Monday, September 6, 2010
CANDY BOMBER: THE STORY OF THE BERLIN AIRLIFT'S “CHOCOLATE PILOT"
By: Michael O. Tunnell
FROM THE FLAP: This is a true story of chocolate, bubble gum, and hope. World War II was over, and Berlin was in ruins. US Air Force pilot Gail Halvorsen wanted to bring some happiness to the children of the city—but what could one man in a plane do?
KATE’S TAKE: “From little things come big things.” Author Michael O. Tunnell shows readers how one pilot, Gail Halvorsen, took one small action that brought a large gift, hope, to thousands of children.
AVIATION TIMELINE: Verbal/Linguistic, Visual/Spatial, and Kinesthetic
Have each student research a different plane from 1903 to the present. Write a brief summary of each plane on the lined side of a 4x6 index card and draw a picture of the plane on the back. Ask students to line up in front of the class in chronological order and present their reports to the class.
FROM LITTLE THINGS COME BIG THINGS: Verbal/linguistic, Intrapersonal, and Interpersonal
Gail Halvorsen gave thirty kids two sticks of gum and started a movement that borought hope to thousands across the world for decades. Think about a time you did something simple that brought hope, joy, or happiness to someone else. Write an essay about this incident.
INTERESTING INTERVIEWS: Verbal/Linguistic, Interpersonal, and Intrapersonal
Author Michael O. Tunnell learned about the candy bomber, when Gail Halvorsen came to Mr. Tunnell’s church to speak to a youth group. Ask students to interview a senior citizen about his or her life. Have students choose one interesting fact they learned from their interview with the class.
PAPER AIRPLANE PRAISE: Verbal/Linguistic , Visual/Spatial, and Interpersonal
Give each student five ten-by-ten squares of paper. On each paper have the student compliment another student, but do not have the author sign his or her name. Hand the compliments into the teacher so that he or she can make sure the comments are appropriate. Give the squares back to the students after you have proofread them. Then, ask them to fold each one into a paper airplane and write the name of the student he or she complimented on the airplane's wing. When you’re done reading Candy Bomber, ask students in groups of five to fly their five airplanes from the top of playground equipment. Students collect their individual compliments. This is a great way to build community.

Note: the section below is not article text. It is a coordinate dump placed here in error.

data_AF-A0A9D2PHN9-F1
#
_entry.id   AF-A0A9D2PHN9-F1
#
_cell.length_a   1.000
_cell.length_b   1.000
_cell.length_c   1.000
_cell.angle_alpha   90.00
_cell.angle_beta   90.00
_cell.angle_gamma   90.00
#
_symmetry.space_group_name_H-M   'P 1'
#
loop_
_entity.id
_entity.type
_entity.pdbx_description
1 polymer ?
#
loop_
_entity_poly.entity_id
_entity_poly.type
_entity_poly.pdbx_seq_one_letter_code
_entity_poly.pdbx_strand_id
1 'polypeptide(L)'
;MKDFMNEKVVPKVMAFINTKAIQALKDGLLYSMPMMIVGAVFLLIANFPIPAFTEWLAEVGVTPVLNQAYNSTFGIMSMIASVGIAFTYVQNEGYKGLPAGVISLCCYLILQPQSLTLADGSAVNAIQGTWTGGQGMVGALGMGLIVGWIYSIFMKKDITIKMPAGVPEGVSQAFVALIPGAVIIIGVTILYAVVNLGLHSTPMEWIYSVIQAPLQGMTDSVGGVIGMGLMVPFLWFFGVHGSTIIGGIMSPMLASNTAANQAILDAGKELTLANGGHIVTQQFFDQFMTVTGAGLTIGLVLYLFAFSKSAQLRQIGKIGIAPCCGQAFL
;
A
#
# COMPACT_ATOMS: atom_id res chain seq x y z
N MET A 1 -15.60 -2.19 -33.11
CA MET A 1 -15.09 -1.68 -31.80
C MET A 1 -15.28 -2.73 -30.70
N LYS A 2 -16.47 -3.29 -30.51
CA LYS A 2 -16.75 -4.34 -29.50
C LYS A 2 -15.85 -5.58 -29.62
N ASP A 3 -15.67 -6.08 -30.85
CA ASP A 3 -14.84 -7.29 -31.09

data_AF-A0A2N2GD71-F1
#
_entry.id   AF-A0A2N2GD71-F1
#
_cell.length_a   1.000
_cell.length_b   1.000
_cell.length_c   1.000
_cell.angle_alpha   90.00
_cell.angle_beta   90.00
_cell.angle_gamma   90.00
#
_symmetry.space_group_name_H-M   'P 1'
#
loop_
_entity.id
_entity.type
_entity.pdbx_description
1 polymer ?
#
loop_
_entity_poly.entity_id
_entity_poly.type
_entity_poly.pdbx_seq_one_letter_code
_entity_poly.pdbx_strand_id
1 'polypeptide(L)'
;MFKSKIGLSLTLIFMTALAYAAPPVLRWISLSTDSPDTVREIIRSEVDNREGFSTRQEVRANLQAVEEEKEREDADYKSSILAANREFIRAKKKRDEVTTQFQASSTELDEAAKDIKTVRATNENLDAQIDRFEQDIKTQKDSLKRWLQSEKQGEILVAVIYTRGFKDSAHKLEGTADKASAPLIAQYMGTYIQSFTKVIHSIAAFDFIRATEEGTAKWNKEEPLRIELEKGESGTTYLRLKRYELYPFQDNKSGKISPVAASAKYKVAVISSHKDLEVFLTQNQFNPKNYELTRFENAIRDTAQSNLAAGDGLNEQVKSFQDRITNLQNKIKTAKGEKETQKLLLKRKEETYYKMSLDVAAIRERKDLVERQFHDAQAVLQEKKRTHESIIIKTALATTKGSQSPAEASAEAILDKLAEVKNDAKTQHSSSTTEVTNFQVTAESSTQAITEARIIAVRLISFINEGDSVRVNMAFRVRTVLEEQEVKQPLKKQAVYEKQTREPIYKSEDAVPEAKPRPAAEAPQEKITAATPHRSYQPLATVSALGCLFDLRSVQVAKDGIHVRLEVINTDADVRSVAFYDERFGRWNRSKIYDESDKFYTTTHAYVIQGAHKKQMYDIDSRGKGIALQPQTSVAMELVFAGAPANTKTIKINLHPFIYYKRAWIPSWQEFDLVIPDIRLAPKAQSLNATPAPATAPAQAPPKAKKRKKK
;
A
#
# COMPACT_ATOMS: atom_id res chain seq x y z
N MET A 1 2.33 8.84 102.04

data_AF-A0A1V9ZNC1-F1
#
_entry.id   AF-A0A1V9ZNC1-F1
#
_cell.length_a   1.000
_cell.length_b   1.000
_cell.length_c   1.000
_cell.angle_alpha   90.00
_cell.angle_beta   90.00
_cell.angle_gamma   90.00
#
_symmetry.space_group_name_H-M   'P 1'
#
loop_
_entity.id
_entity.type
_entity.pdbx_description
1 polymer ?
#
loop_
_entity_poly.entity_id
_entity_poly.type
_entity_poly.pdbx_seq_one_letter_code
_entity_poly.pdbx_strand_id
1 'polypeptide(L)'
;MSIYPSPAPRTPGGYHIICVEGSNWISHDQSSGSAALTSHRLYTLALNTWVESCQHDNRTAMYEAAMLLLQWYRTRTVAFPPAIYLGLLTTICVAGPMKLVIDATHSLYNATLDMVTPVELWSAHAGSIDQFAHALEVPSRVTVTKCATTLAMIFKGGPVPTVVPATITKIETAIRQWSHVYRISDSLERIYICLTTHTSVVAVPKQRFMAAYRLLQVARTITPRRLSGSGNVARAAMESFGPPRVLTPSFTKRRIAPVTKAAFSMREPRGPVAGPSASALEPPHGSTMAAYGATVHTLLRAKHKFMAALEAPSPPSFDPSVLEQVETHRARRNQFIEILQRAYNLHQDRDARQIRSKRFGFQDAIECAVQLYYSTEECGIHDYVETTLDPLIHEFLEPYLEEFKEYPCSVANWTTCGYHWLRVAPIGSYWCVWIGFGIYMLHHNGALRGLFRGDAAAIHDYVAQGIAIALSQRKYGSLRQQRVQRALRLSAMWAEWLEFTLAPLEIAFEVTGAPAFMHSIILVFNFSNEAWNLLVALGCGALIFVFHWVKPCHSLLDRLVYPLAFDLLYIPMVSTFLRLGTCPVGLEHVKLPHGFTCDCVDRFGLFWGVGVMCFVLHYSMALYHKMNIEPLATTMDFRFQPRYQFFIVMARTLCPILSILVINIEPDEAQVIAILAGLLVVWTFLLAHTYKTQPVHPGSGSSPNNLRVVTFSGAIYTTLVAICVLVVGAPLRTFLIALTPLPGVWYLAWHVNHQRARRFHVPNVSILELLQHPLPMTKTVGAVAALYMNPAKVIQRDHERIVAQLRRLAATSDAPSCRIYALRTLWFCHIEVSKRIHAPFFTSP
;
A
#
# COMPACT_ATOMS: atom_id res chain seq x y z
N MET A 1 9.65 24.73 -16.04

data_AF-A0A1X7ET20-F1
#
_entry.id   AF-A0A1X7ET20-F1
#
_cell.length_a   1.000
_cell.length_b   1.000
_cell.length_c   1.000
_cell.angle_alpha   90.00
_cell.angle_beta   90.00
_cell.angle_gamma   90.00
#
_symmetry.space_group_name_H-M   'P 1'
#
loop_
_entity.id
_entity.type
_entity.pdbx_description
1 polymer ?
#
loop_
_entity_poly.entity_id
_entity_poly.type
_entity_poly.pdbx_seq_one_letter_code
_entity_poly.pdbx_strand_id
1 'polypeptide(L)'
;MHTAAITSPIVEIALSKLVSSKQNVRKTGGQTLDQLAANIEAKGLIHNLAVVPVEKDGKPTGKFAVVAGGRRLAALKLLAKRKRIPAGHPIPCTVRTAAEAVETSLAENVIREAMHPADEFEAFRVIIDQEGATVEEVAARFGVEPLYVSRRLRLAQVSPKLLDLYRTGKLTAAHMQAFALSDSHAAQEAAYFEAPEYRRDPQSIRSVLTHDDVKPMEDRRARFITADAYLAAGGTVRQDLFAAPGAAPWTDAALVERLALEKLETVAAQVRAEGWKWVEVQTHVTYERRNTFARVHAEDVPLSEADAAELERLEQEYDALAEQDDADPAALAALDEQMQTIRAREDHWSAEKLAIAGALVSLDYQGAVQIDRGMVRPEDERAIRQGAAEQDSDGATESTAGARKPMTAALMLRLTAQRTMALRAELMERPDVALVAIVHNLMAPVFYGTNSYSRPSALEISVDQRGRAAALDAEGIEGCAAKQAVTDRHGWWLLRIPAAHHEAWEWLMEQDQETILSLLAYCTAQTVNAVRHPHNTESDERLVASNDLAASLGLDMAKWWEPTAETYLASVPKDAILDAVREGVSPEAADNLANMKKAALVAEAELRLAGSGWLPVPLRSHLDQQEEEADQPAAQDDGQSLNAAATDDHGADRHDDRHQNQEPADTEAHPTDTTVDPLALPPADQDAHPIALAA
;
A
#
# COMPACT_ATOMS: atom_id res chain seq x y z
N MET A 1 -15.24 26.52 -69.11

UNCLE WIGGLY WINGS MATH: Logistical/Mathematical
Here are some Candy Bomber math word problems you can put out at your math center.
1. Easter Sunday, 1949, a plane landed almost every sixty seconds in Berlin for twenty-four hours. Approximately how many U.S. planes landed in Berlin that day?
2. The American Confectioners Association donated 6,500 pounds of candy in one month to Operation Vittles. If there were thirty days in that month, on average, how many pounds of candy were donated each day? How many tons of candy were donated each day?
3. Lieutenant Halvorsen told German children that a C-54 could carry 200 sacks of flour weighing a total of 20,000 pounds. How much did each sack weigh?
4. U.S. Citizens donated 1,100 square yards of linen to make parachutes. If each parachute was one square foot, how many parachutes did Operation Vittles make out of that linen?
5. Lifesavers Corporation donated 200 boxes of Lifesavers to Operation Vittles, totaling 4,000 rolls. How many rolls of Lifesavers were in each box?
-Charlie and the Chocolate Factory by Roald Dahl
-Life as a Fighter Pilot by Brian Williams
-Mercedes and the Chocolate Pilot by Margot Theis Raven
-The Two Great Wars by Janine Scott
-World War II for kids: a History with 21 Activities by Richard Panchyk